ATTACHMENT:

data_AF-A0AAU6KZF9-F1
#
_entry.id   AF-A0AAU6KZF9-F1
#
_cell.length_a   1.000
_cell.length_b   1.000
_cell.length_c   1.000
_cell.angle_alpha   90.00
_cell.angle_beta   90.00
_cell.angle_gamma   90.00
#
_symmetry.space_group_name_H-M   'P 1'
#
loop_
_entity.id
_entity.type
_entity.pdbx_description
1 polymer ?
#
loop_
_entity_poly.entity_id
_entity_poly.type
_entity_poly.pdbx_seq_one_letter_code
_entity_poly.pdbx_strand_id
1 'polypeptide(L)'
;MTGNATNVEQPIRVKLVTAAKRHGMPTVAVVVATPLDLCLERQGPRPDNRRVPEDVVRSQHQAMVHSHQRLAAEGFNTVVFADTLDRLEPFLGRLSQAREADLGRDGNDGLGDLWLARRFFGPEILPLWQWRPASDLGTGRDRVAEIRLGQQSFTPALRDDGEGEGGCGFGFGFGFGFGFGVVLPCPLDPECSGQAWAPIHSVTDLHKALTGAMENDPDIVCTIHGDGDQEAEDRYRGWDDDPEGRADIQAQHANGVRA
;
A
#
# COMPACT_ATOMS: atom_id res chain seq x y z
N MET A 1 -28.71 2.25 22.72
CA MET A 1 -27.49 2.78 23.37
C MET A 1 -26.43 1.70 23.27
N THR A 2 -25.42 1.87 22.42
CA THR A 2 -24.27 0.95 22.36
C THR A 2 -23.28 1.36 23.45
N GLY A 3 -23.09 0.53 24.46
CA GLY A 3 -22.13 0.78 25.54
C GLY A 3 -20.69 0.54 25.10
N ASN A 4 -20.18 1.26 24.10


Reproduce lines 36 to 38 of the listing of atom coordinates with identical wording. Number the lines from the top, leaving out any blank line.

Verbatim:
C THR A 2 -23.28 1.36 23.45
N GLY A 3 -23.09 0.53 24.46
CA GLY A 3 -22.13 0.78 25.54